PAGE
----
Paralyzing the kicking lovers.
Cobra light
Squeezing the breath from the blood bells
Of the fuchsia. I could draw no breath,
Dead and moneyless,

Overexposed, like an X-ray.
Who do you think you are?
A Communion wafer? Blubbery Mary?
I shall take no bite of your body,
Bottle in which I live,

Ghastly Vatican.
I am sick to death of hot salt.
Green as eunuchs, your wishes
Hiss at my sins.
Off, off, eely tentacle!
There is nothing between us.

Honourable mentions as this has gone on long enough to Gerard Manley Hopkins,Philip Larkin, Ben Johnson and many more. On second thoughts one more-
unless you have a heart of stone
read it and weep

On My First Son
by Ben Jonson

Farewell, thou child of my right hand, and joy ;
My sin was too much hope of thee, lov'd boy.
Seven years thou wert lent to me, and I thee pay,
Exacted by thy fate, on the just day.
Oh, could I lose all father now ! For why
Will man lament the state he should envy?
To have so soon 'scaped world's and flesh's rage,
And if no other misery, yet age !
Rest in soft peace, and, asked, say, Here doth lie
Ben Jonson his best piece of poetry.
For whose sake henceforth all his vows be such
As what he loves may never like too much.
(, Mon 9 Jan 2012, 18:54, 13 replies)
Dune by Frank Herbert
one of the finest pieces of sci-fi writing around. The (much less well known) books that follow it in the series are also bloody fantastic, even if they do get a bit bogged down towards the end.

The David Lynch film is also sheer, cheesy brilliance - haven't seen it for a while, but the ornithoper pilot who quotes a negative kelvin outside temperature on a desert planet always makes me smile.
(, Mon 9 Jan 2012, 18:46, 4 replies)
Oh, oh, oh...
Alan Bissett - Boyracers
Brilliant!!! Song lyrics mixed into dialogue - great characters, think Stand By Me in Scotland.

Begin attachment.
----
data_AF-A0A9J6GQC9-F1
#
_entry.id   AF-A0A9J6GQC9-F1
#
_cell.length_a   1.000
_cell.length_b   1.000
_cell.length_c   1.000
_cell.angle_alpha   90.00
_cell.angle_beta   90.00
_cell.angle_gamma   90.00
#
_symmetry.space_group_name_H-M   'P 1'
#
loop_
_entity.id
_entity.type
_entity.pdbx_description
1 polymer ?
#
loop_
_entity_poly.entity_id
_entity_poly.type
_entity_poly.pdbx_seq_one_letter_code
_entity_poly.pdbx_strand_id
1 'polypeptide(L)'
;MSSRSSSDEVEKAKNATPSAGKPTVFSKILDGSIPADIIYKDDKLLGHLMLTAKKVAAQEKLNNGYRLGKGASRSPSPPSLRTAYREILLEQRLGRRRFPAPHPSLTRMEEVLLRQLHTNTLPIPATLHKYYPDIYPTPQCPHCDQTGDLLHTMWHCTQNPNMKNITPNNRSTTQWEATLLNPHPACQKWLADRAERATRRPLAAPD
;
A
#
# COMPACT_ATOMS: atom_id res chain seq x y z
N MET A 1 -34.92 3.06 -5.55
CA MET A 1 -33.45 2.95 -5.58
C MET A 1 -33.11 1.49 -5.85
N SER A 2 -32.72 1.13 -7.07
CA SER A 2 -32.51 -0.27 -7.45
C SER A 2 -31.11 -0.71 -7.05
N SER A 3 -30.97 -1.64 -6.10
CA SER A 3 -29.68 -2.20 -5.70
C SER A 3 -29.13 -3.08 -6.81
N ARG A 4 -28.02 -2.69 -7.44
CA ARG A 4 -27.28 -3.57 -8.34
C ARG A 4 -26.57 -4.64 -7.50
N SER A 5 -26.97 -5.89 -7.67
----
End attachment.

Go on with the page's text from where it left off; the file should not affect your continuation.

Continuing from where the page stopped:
No, no, no:
Jonathan Raban - Surveillance
Like elderly relative explaining how computers work or listening to an overly, unfunny joke.
(, Mon 9 Jan 2012, 18:01, 2 replies)
Career Girls

This book i got free many years ago with (i think it was company magazine) or summat like that. this book was so bad, but at the same time so good i read it overnight finishing about 5am.

the plot is original but so contrived. its one of those books. if you can find a copy in your local charity shop i would recommend it - if only for dire sex scenes.
(, Mon 9 Jan 2012, 17:06, 1 reply)
james herbert
i absolutely adore The Fog. it has a nice level of creepy going on and is an easy and engaging read.
the rats trilogy is also very good, i've read it several times.
one of his books that nobody ever seems to mention is '48, which focuses on an alternate ending to WWII. picked it up in poundland a few years ago and i'm very glad i did. it's an excellent read, even if it is a bit slow to start.
however, don't get me wrong. i'm not saying all of his books are great, the magic cottage is utter shit. all i'm saying is that anyone can write a bad book, but that doesn't mean they can't also write some really good ones, too.
(, Mon 9 Jan 2012, 16:19, 24 replies)

Since Haruki Murakami and Michel Houellebecq have already been mentioned...
Hoping that this is less of a contest for best page and more a sharing of our favorite authors and books, here are some of my favorites:

The British novelist Ian McEwan. I like all his works, they are all a very good read.

From across the ocean Jeffrey Eugenides. Middlesex in brilliant.

From eastern Europe Milan Kundera.